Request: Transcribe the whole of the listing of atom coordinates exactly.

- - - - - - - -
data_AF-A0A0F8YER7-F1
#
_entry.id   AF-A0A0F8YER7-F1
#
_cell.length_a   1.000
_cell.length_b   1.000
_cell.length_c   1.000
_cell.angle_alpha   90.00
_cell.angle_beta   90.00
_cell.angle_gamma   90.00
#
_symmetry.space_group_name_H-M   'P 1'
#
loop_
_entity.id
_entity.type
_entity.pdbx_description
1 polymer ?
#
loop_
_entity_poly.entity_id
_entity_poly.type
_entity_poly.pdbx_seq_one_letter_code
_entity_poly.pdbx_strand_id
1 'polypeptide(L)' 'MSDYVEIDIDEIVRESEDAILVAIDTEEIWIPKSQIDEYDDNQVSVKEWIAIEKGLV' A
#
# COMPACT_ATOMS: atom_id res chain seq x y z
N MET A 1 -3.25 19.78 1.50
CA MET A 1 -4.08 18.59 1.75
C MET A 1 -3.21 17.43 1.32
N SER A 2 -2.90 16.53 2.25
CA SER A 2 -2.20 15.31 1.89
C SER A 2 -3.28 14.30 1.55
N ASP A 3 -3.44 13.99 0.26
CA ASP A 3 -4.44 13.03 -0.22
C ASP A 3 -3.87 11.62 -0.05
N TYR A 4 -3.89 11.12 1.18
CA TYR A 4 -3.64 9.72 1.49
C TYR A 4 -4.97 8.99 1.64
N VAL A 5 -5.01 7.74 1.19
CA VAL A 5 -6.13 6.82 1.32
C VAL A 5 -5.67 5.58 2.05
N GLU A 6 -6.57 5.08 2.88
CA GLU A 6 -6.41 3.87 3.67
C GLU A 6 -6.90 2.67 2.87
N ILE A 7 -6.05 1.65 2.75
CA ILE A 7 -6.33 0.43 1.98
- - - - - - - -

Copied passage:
data_AF-A0A0F8YER7-F1
#
_entry.id   AF-A0A0F8YER7-F1
#
_cell.length_a   1.000
_cell.length_b   1.000
_cell.length_c   1.000
_cell.angle_alpha   90.00
_cell.angle_beta   90.00
_cell.angle_gamma   90.00
#
_symmetry.space_group_name_H-M   'P 1'
#
loop_
_entity.id
_entity.type
_entity.pdbx_description
1 polymer ?
#
loop_
_entity_poly.entity_id
_entity_poly.type
_entity_poly.pdbx_seq_one_letter_code
_entity_poly.pdbx_strand_id
1 'polypeptide(L)' 'MSDYVEIDIDEIVRESEDAILVAIDTEEIWIPKSQIDEYDDNQVSVKEWIAIEKGLV' A
#
# COMPACT_ATOMS: atom_id res chain seq x y z
N MET A 1 -3.25 19.78 1.50
CA MET A 1 -4.08 18.59 1.75
C MET A 1 -3.21 17.43 1.32
N SER A 2 -2.90 16.53 2.25
CA SER A 2 -2.20 15.31 1.89
C SER A 2 -3.28 14.30 1.55
N ASP A 3 -3.44 13.99 0.26
CA ASP A 3 -4.44 13.03 -0.22
C ASP A 3 -3.87 11.62 -0.05
N TYR A 4 -3.89 11.12 1.18
CA TYR A 4 -3.64 9.72 1.49
C TYR A 4 -4.97 8.99 1.64
N VAL A 5 -5.01 7.74 1.19
CA VAL A 5 -6.13 6.82 1.32
C VAL A 5 -5.67 5.58 2.05
N GLU A 6 -6.57 5.08 2.88
CA GLU A 6 -6.41 3.87 3.67
C GLU A 6 -6.90 2.67 2.87
N ILE A 7 -6.05 1.65 2.75
CA ILE A 7 -6.33 0.43 1.98